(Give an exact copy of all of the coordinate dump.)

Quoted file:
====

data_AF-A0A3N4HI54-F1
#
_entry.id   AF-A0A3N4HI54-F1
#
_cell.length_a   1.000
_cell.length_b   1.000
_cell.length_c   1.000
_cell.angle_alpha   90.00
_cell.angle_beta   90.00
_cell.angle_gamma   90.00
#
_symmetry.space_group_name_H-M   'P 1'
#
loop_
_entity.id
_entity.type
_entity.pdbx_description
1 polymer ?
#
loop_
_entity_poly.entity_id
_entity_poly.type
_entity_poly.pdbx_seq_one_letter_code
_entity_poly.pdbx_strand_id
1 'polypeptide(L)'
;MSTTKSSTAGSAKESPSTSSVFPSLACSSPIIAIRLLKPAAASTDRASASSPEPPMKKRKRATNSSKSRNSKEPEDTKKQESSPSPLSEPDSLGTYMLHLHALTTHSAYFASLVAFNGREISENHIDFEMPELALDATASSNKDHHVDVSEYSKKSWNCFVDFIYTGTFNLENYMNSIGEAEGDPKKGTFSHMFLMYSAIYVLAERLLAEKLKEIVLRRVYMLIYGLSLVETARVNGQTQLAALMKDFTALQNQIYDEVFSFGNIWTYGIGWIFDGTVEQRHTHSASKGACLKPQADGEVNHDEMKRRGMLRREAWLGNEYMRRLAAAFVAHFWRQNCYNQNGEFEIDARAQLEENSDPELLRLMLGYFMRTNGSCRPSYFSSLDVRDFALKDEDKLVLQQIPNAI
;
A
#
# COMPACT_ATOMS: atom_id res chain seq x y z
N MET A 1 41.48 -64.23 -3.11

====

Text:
data_AF-A0A3N4HI54-F1
#
_entry.id   AF-A0A3N4HI54-F1
#
_cell.length_a   1.000
_cell.length_b   1.000
_cell.length_c   1.000
_cell.angle_alpha   90.00
_cell.angle_beta   90.00
_cell.angle_gamma   90.00
#
_symmetry.space_group_name_H-M   'P 1'
#
loop_
_entity.id
_entity.type
_entity.pdbx_description
1 polymer ?
#
loop_
_entity_poly.entity_id
_entity_poly.type
_entity_poly.pdbx_seq_one_letter_code
_entity_poly.pdbx_strand_id
1 'polypeptide(L)'
;MSTTKSSTAGSAKESPSTSSVFPSLACSSPIIAIRLLKPAAASTDRASASSPEPPMKKRKRATNSSKSRNSKEPEDTKKQESSPSPLSEPDSLGTYMLHLHALTTHSAYFASLVAFNGREISENHIDFEMPELALDATASSNKDHHVDVSEYSKKSWNCFVDFIYTGTFNLENYMNSIGEAEGDPKKGTFSHMFLMYSAIYVLAERLLAEKLKEIVLRRVYMLIYGLSLVETARVNGQTQLAALMKDFTALQNQIYDEVFSFGNIWTYGIGWIFDGTVEQRHTHSASKGACLKPQADGEVNHDEMKRRGMLRREAWLGNEYMRRLAAAFVAHFWRQNCYNQNGEFEIDARAQLEENSDPELLRLMLGYFMRTNGSCRPSYFSSLDVRDFALKDEDKLVLQQIPNAI
;
A
#
# COMPACT_ATOMS: atom_id res chain seq x y z
N MET A 1 41.48 -64.23 -3.11